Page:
We are pleased to report that the University of Arkansas will Co-Host the 2016 National Food Waste & Hunger Summit. The summit, which will take place April 16-17 brings together students and advocacy groups from across the country who are working to solve food insecurity problems in their communities. It is an opportunity for them to share what they’ve learned and encourage others to join the battle against hunger and food waste. LL.M. Affiliate Professor and Director of the Food Recovery Project Nicole Civita will present. For registration and more information, check out the Newswire announcement or visit the Campus Kitchens website.


Friday, February 12, 2016

Indigenous Food and Agriculture Initiative Funded for Youth Summits

 Congratulations to our colleagues at the Indigenous Food & Agriculture Initiative!                               

Native Youth in Agriculture Summer Leadership Summit students Jackson Smith (Cayuse Umitilla), Alayna Rhodes (Bad River Ojibwa), Aryana Henthorne (Sherwood Valley Pomo/Paiute), Laura Bergman (Cherokee), Zack Ilbery (Cherokee), Kayden Murphy (Navajo), Lofanitani Aisea (Klamath), Matthew Butler (Sac&Fox/Absentee Shawnee), and Aukelenui Mortensen (Hawaiian) participate in a team-building exercise during the 2015 summit held on the University of Arkansas Fayetteville campus. Photo by Elise Clote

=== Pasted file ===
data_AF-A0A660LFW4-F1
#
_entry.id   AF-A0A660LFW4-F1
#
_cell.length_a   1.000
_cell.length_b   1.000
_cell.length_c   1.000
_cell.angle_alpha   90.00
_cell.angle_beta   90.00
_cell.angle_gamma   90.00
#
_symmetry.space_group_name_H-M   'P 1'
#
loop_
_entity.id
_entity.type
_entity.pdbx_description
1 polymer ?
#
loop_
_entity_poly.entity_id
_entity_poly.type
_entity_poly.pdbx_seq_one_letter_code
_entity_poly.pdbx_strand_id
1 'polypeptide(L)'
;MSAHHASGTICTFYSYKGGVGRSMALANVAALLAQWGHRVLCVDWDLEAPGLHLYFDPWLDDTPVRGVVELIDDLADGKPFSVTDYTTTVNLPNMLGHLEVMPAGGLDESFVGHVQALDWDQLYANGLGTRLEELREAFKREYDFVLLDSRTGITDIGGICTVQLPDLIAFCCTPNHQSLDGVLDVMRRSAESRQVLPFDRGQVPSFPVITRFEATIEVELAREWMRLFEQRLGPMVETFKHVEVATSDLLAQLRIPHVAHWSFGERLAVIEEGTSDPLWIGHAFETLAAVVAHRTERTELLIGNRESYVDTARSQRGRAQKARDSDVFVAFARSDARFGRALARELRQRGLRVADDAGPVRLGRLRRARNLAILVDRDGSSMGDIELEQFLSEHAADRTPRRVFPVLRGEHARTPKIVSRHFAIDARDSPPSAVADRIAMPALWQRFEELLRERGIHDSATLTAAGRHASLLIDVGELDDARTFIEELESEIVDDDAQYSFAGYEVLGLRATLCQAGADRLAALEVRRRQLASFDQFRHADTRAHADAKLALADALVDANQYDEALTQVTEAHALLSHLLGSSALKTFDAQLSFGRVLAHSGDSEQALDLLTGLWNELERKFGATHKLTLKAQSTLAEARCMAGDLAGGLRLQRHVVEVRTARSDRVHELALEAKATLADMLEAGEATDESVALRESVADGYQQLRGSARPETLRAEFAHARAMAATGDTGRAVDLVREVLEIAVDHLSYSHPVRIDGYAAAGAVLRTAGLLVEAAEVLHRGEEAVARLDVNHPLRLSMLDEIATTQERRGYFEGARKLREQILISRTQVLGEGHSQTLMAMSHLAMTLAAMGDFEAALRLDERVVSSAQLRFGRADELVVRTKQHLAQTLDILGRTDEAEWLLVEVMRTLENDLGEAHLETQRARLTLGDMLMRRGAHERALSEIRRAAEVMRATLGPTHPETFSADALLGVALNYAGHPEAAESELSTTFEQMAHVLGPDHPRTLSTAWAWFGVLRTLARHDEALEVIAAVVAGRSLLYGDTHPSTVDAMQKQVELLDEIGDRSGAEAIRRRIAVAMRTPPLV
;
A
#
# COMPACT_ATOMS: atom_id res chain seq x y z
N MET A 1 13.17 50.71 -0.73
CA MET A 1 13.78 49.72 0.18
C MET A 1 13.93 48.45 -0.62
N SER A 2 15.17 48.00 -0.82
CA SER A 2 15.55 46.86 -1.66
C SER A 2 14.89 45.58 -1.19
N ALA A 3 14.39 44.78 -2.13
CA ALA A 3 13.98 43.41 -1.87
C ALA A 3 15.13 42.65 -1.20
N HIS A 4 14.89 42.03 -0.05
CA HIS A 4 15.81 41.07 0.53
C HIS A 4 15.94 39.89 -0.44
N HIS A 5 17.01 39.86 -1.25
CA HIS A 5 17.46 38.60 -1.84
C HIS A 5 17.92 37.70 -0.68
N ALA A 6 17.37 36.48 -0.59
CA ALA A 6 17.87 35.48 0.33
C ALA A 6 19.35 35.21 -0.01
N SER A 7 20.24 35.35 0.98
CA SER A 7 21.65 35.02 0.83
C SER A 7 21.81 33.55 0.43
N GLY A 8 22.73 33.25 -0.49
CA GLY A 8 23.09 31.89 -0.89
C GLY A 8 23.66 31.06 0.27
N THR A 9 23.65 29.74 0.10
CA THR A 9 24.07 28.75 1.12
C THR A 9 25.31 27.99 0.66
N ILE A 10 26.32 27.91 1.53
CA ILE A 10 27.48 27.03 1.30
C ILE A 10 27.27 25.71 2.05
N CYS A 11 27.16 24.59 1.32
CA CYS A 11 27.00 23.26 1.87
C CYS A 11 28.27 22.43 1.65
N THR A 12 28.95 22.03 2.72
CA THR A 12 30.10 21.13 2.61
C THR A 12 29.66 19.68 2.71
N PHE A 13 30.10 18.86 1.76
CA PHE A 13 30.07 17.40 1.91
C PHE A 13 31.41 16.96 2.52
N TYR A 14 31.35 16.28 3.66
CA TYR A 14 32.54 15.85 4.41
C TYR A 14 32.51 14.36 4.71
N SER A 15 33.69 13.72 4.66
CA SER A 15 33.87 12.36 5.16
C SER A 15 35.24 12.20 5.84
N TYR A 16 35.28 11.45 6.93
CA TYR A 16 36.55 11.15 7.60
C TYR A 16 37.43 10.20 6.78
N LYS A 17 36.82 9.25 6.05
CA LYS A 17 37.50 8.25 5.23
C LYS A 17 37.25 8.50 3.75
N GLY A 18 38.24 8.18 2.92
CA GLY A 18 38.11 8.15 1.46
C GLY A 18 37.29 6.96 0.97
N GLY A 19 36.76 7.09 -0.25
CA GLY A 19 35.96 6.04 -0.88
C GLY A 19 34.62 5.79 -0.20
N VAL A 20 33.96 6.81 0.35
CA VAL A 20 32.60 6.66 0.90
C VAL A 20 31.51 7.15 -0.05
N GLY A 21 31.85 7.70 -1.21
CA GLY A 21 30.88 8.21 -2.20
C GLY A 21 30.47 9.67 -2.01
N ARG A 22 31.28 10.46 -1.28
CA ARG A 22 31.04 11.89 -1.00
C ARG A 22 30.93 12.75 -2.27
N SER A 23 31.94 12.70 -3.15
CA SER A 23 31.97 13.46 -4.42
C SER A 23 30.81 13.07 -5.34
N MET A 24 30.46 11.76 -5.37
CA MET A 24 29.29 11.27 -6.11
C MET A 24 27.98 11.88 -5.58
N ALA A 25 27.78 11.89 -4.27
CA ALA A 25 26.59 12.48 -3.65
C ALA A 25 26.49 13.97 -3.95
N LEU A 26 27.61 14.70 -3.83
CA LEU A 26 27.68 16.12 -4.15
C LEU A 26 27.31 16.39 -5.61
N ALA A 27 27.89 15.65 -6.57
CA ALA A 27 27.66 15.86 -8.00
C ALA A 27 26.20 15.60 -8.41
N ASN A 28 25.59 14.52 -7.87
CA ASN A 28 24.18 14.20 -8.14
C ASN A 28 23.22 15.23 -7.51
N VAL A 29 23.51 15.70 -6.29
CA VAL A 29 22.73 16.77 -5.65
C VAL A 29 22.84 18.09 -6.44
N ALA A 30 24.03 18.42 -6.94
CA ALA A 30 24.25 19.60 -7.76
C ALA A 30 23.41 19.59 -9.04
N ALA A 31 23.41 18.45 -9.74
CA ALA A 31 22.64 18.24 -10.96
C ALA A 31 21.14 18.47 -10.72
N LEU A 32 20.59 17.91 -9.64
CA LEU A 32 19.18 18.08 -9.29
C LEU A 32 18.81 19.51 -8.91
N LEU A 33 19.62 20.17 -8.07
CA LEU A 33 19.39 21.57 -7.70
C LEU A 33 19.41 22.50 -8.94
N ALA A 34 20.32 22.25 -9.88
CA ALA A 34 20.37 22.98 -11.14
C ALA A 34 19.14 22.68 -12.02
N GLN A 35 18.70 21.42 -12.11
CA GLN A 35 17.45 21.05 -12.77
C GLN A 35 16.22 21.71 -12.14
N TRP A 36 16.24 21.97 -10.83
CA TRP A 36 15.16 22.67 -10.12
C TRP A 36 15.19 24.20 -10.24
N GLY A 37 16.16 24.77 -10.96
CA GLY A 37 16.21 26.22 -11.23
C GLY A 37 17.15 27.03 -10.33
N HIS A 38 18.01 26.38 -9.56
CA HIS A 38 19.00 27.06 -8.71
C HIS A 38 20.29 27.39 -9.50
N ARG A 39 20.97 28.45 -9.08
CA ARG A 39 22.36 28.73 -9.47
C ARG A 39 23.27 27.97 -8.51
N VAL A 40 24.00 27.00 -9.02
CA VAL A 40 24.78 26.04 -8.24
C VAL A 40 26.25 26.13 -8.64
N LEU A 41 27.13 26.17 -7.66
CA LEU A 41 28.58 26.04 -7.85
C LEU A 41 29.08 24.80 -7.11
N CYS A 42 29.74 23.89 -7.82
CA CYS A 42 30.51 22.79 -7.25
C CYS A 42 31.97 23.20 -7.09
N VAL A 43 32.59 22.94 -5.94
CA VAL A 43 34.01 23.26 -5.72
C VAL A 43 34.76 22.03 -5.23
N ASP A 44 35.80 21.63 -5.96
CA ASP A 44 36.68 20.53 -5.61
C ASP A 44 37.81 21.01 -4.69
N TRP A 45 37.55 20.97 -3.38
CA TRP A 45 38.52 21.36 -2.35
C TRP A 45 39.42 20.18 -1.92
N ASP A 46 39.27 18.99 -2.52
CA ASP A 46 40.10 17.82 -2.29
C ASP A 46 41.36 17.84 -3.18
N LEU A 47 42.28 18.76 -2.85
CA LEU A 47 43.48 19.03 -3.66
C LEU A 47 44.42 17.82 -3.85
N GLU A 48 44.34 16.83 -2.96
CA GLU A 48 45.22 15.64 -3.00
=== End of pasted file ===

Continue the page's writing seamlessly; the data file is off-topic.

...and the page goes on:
Native Youth in Agriculture Summer Leadership Summit students Jackson Smith (Cayuse Umitilla), Alayna Rhodes (Bad River Ojibwa), Aryana Henthorne (Sherwood Valley Pomo/Paiute), Laura Bergman (Cherokee), Zack Ilbery (Cherokee), Kayden Murphy (Navajo), Lofanitani Aisea (Klamath), Matthew Butler (Sac&Fox/Absentee Shawnee), and Aukelenui Mortensen (Hawaiian) participate in a team-building exercise during the 2015 summit held on the University of Arkansas Fayetteville campus.